Richard Gere health: ‘None of us are getting out alive’- actor, 72, on how to live longer

Italy: Richard Gere delivers supplies to migrants stranded at sea

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Nowadays it is commonplace to think of Gere as a silver fox. Although far from the devilishly handsome roles he portrayed in the 1990s Pretty Woman and Runaway Bride, many acknowledge that the Hollywood actor has aged remarkably well. With his health intact, what are the secrets that the once crowned “sexiest man alive” uses to age so well?

In fact, throughout his career, it has become clear that Gere has some interesting philosophies on life.

Speaking to Extra, an American news outlet, Gere gave a rare insight into his daily routine and his outlook on how to live longer.

He said: “My friend’s mom has eaten healthy all her life. Never ever consumed alcohol or any ‘bad’ food, exercised every day, very limber, very active, took all supplements suggested by her doctor, never went in the sun without sunscreen and when she did it was for as short a period as possible – so pretty much she protected her health with the utmost that anyone could.

“She is now 76 and has skin cancer, bone marrow cancer and extreme osteoporosis.

“My friend’s father eats bacon on top of bacon, butter on top of butter, fat on top of fat, never and I mean never exercised, was out in the sun burnt to a crisp every summer, he basically took the approach to live life to his fullest and not as others suggest.

“He is 81 and the doctors say his health is that of a young person.

“People you cannot hide from your poison. It’s out there and it will find you so in the words of my friend’s still living mother:

“If I would have known my life would end this way, I would have lived it more to the fullest enjoying everything I was told not to!”

Despite the seemingly long-winded story, what Gere was trying to say was ultimately to try and enjoy life, as no one knows what is going to happen, even if you try to stick to the healthiest of diets and routines.

He continued to say: “None of us are getting out of here alive, so please stop treating yourself like an after thought. Eat the delicious food. Walk in the sunshine. Jump in the ocean. Say the truth that you’re carrying in your heart like hidden treasure. Be silly. Be kind. Be weird.

“There’s no time for anything else.”

In addition to this debatable philosophy, Gere practises meditation which he says has changed his mind, brain and body.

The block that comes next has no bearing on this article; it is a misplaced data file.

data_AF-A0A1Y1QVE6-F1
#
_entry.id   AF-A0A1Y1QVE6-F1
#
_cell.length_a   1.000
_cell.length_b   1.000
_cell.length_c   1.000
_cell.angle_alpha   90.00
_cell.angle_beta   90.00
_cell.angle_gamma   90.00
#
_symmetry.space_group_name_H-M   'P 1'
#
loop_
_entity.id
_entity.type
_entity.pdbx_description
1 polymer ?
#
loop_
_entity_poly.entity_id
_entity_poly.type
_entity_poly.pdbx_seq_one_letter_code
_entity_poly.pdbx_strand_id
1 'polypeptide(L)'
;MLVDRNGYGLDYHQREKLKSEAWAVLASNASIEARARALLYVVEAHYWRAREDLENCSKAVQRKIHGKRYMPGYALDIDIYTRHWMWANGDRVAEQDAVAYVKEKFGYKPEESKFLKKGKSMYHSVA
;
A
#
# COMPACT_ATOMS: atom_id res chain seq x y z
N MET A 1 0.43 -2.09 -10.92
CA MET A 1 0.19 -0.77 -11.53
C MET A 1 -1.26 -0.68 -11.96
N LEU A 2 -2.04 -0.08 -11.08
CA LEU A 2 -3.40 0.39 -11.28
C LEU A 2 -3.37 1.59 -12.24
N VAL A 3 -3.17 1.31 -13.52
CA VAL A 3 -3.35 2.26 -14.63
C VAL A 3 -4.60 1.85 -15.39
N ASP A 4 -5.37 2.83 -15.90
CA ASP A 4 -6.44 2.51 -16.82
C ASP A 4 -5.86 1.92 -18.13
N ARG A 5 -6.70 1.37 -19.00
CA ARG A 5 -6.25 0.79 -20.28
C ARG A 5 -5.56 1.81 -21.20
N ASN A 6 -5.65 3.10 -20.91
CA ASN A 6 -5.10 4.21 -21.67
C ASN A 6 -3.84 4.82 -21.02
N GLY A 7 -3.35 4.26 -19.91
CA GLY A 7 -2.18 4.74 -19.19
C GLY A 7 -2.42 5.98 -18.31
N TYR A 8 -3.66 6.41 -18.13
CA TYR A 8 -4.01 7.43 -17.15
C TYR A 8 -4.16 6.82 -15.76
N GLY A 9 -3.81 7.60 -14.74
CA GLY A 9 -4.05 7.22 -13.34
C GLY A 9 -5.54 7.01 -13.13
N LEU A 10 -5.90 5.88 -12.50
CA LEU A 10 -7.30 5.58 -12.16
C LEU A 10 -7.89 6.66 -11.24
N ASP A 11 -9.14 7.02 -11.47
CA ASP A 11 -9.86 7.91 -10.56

After travelling to Nepal in 1978, Gere also became a practising Tibetan Buddhist, at which point he had already been studying Zen Buddihism for almost six years.

Back in 1996, he told USA Today that an hour-long meditation each day helped him “set up motivation” for the day.

As well as meditation techniques, Gere is a strict vegetarian. The vegetarian diet tends to be high in dietary fibre and low in saturated fat and cholesterol (thus reducing the risk of heart disease).

It also naturally means a healthy intake of fruits and vegetables, which are full of essential vitamins and minerals, including calcium, potassium and vitamin C.

The NHS explains that the vegetarian diet can be very healthy, but a diet will not be automatically healthier if you just cut out meat.

Like us all, vegetarians need to make sure that they do the following:

  • Eat at least five portions of a variety of fruit and vegetables every day.
  • Base meals on potatoes, bread, rice, pasta or other starchy carbohydrates (choose wholegrain where possible)
  • Include some dairy or dairy alternatives, such as soya drinks and yoghurts (choose lower-fat and lower-sugar options)
  • Eat some beans, pulses, eggs and other proteins
  • Choose unsaturated oils and spreads, and eat them in small amounts
  • Drink plenty of fluids – the government recommends six to eight cups/glasses a day.

If your diet isn’t planned properly, you could miss out on essential nutrients. The NHS goes on to say that vegetarians need to make sure they get enough iron and vitamin B12, and vegans enough calcium, iron and vitamin B12. Women are thought to be at particular risk of iron deficiency, including those on a vegetarian or vegan diet.

Good sources of iron, apart from meat include pulses, nuts, dried fruit and dark, green vegetables. Good sources of calcium include almonds, sesame seeds, dried fruit and pulses. And good sources of vitamin B12 apart from animal produce such as eggs, include yeast extract, breakfast cereals and soya products fortified with vitamin B12.

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